The Unholy delves into the world of native lore, into a world of medicine women, healers, premonitions, dreams and destiny; it is set in the mystic land of Aztlan and sees a fight between good and evil.
Claire Sanchez is the daughter of a curandera (healer), at the tender age of five she saw her mother being murdered in the desert by a cloaked man, the same fate would have befell her had a group of wolves not surrounded her, leaving him to think she had been devoured, allowing her to make it to her mother's friend Francesca.
Twenty years later and Claire is now a grown woman, fighting her destiny and instead working as a natural healer at the local mental hospital owned by the Ecclesia Dei, among her patients is Elizabeth a women she knew from her childhood as a friend of Francesca.
The Archbishop of the Ecclesia Dei is a man who sold his soul to be where he is; he has no qualms about making parishioners pay for their salvation with large amount of money into his personal bank account as well as that of the church. His evil runs so deep he even scarifies women to appease his demons and lust and at the bottom of it all a secret that even he doesn't want to admit - one that links him to Claire.
While Claire and Francesca have a turbulent, volatile relationship, her death causes Claire to start looking into the church, believing that there is more to it than people want her to know, in fact the hospital itself are quick to try and shut her down, with whispers quickly circulate about her.
Of course Claire is naive to the evil she is about to come up against, while the Archbishop and even Claire herself, underestimate just how powerful a medicine women she really is.
The one thing that stood out to me about this book is the way Paul Deblassie III has with words, his description is amazing, almost painting a picture with his words and you can see his knowledge as a psychologist shine through as he delves in to the psyche of the characters.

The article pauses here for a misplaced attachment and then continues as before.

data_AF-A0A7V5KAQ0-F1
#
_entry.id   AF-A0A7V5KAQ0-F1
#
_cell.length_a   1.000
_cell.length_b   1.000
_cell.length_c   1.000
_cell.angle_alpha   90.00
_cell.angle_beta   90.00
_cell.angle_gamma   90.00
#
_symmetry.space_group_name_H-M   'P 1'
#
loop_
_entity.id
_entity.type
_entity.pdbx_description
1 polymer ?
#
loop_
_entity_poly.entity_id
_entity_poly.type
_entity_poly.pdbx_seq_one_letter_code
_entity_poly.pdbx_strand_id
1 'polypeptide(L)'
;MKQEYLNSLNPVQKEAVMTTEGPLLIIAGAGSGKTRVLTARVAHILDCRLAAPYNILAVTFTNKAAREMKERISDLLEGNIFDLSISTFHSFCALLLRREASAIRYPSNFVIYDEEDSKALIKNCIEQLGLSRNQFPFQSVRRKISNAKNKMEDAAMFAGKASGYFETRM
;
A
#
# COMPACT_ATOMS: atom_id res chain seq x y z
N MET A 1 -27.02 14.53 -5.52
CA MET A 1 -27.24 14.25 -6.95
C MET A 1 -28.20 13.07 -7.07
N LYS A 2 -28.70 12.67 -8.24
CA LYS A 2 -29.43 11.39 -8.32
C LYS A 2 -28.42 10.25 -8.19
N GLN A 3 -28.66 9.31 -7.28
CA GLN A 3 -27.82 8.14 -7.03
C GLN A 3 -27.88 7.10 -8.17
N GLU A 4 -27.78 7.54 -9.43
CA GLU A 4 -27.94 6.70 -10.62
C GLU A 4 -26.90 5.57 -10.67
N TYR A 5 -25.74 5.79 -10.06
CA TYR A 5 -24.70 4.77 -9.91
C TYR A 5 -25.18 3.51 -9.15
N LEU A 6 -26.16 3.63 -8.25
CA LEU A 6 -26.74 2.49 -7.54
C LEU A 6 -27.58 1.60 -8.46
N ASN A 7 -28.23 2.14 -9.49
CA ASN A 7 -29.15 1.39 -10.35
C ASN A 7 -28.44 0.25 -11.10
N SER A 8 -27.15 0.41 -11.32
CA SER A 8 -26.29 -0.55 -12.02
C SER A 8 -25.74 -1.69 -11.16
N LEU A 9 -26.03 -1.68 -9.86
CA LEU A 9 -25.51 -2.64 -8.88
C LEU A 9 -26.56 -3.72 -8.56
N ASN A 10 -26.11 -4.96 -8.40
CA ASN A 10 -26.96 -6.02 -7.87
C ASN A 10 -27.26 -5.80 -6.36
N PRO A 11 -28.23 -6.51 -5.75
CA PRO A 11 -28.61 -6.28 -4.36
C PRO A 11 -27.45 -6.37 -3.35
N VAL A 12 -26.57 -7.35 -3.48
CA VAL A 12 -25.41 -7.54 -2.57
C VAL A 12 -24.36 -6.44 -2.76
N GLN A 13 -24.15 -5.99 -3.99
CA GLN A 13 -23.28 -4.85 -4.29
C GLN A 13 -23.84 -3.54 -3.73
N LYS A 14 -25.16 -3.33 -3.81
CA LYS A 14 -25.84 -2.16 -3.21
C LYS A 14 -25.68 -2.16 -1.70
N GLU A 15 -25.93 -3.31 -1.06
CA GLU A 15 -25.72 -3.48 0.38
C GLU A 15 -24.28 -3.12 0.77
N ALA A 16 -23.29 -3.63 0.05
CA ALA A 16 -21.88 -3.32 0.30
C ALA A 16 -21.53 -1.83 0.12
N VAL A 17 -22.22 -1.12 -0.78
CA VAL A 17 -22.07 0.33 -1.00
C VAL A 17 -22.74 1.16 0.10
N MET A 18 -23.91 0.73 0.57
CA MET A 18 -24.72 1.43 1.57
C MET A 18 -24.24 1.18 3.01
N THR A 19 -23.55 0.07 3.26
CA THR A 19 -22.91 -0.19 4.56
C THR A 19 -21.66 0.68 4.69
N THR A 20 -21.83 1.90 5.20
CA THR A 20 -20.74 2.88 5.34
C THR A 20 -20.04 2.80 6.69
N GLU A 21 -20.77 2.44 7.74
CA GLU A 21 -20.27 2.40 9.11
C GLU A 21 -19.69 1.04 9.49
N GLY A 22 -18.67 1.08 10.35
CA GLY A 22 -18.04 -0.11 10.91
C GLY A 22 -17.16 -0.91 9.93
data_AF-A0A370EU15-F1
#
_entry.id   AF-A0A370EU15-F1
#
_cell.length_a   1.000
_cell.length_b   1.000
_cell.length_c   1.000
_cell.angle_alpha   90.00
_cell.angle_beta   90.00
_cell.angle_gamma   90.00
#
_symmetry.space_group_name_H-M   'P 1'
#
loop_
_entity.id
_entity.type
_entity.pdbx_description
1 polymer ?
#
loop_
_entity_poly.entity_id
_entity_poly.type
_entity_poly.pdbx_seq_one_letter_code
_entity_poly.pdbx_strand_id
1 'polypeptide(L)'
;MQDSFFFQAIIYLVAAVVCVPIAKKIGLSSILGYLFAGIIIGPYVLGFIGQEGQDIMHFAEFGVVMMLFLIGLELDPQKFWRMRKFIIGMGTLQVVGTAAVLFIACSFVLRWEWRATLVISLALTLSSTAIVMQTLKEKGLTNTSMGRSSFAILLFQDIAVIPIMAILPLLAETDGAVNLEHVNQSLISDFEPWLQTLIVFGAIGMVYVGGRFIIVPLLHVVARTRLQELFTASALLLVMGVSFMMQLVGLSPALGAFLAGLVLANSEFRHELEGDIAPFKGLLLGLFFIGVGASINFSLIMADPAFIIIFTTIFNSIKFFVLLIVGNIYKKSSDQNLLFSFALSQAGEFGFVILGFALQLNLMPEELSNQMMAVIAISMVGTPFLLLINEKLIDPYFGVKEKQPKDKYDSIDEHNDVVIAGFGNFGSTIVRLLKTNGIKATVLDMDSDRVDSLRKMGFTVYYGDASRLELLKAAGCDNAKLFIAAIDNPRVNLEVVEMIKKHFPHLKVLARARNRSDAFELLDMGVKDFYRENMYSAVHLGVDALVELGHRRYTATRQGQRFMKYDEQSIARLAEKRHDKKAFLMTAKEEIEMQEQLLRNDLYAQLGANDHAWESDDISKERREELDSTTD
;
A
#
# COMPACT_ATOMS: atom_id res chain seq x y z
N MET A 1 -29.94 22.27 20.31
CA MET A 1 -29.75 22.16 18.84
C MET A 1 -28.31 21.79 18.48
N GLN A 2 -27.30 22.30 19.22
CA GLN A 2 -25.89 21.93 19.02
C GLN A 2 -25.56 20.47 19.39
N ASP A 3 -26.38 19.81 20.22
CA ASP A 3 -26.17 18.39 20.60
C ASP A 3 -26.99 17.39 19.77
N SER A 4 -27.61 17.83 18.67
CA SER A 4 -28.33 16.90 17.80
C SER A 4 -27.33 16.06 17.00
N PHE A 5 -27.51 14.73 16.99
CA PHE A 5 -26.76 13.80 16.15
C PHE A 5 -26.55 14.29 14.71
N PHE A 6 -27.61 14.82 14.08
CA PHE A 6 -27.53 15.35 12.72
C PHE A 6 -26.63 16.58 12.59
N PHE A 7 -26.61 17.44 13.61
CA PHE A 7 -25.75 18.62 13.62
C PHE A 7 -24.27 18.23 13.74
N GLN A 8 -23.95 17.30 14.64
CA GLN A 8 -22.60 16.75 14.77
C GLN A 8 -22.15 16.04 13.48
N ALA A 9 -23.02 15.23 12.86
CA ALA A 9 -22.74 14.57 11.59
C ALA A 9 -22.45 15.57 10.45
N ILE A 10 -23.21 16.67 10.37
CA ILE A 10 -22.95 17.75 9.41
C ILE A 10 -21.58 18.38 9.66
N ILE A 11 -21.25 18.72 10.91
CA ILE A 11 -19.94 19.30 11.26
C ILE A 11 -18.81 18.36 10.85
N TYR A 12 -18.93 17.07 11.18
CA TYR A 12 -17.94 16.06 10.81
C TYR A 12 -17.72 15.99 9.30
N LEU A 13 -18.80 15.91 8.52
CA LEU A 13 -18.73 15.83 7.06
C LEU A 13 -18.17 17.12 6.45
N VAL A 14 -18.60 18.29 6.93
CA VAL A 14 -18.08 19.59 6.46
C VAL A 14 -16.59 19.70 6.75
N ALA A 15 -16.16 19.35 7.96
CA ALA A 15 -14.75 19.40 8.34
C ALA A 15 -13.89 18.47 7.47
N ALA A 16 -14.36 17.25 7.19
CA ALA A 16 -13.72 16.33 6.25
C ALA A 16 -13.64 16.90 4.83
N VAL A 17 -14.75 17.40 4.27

The story itself has potential - I found it a little drawn out in parts and then when I finally got into it toward the end, it seemed to come to quite abrupt finish, to the point I thought I had suddenly missed out some pages (sadly not).
At only 202 pages in length, if you do like the sound of the story, enjoy descriptive books and are into psychological thrillers I would say it is worth picking up.
ABOUT THE UNHOLY
A young curandera, a medicine woman, intent on uncovering the secrets of her past is forced into a life-and-death battle against an evil Archbishop. Set in the mystic land of Aztlan, "The Unholy" is a novel of destiny as healer and slayer. Native lore of dreams and visions, shape changing, and natural magic work to spin a neo-gothic web in which sadness and mystery lure the unsuspecting into a twilight realm of discovery and decision. PAUL DeBLASSIE III, PhD, is a psychologist and writer living in his native New Mexico. A member of the Depth Psychology Alliance, the Transpersonal Psychology Association, and the International Association for Relational Psychoanalysis and Psychotherapy, he has for over thirty years treated survivors of the dark side of religion.
Paul DeBlassie III, Ph.D., is a psychologist and writer living in Albuquerque, New Mexico who has treated survivors of the dark side of religion for more than 30 years. He is a member of the Depth Psychology Alliance, the Transpersonal Psychology Association and the International Association for Relational Psychoanalysis and Psychotherapy. Dr. DeBlassie writes psychological thrillers with an emphasis on the dark side of the human psyche. In The Unholy, a young curandera, a medicine woman, intent on uncovering the secrets of her past is forced into a life-and-death battle against an evil archbishop. Set in the mystic land of Aztlan, the Unholy is
a novel of destiny as healer and slayer. Native lore of dreams and visions lure the unsuspecting into a twilight realm of discovery and decision.
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*I recieved a copy of this book in return for an honest review
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